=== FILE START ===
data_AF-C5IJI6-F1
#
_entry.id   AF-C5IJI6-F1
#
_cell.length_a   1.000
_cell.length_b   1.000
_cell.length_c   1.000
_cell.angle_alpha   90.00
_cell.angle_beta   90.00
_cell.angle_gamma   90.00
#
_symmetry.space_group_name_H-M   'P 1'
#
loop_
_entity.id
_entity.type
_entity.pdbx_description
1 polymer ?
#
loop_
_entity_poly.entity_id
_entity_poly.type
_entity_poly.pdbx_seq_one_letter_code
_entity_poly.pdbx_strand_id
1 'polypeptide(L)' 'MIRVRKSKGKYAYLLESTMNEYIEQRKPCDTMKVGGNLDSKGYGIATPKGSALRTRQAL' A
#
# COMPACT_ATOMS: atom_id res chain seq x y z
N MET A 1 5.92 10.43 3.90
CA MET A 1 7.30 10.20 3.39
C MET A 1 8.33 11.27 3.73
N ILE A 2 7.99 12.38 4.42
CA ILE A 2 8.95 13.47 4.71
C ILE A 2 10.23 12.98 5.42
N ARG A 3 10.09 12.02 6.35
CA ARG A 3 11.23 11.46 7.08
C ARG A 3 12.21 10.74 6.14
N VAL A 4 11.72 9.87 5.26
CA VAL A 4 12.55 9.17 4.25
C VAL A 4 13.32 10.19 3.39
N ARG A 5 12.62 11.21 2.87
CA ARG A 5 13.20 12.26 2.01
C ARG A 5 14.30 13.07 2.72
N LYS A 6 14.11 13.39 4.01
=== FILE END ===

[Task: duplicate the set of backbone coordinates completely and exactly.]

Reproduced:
data_AF-C5IJI6-F1
#
_entry.id   AF-C5IJI6-F1
#
_cell.length_a   1.000
_cell.length_b   1.000
_cell.length_c   1.000
_cell.angle_alpha   90.00
_cell.angle_beta   90.00
_cell.angle_gamma   90.00
#
_symmetry.space_group_name_H-M   'P 1'
#
loop_
_entity.id
_entity.type
_entity.pdbx_description
1 polymer ?
#
loop_
_entity_poly.entity_id
_entity_poly.type
_entity_poly.pdbx_seq_one_letter_code
_entity_poly.pdbx_strand_id
1 'polypeptide(L)' 'MIRVRKSKGKYAYLLESTMNEYIEQRKPCDTMKVGGNLDSKGYGIATPKGSALRTRQAL' A
#
# COMPACT_ATOMS: atom_id res chain seq x y z
N MET A 1 5.92 10.43 3.90
CA MET A 1 7.30 10.20 3.39
C MET A 1 8.33 11.27 3.73
N ILE A 2 7.99 12.38 4.42
CA ILE A 2 8.95 13.47 4.71
C ILE A 2 10.23 12.98 5.42
N ARG A 3 10.09 12.02 6.35
CA ARG A 3 11.23 11.46 7.08
C ARG A 3 12.21 10.74 6.14
N VAL A 4 11.72 9.87 5.26
CA VAL A 4 12.55 9.17 4.25
C VAL A 4 13.32 10.19 3.39
N ARG A 5 12.62 11.21 2.87
CA ARG A 5 13.20 12.26 2.01
C ARG A 5 14.30 13.07 2.72
N LYS A 6 14.11 13.39 4.01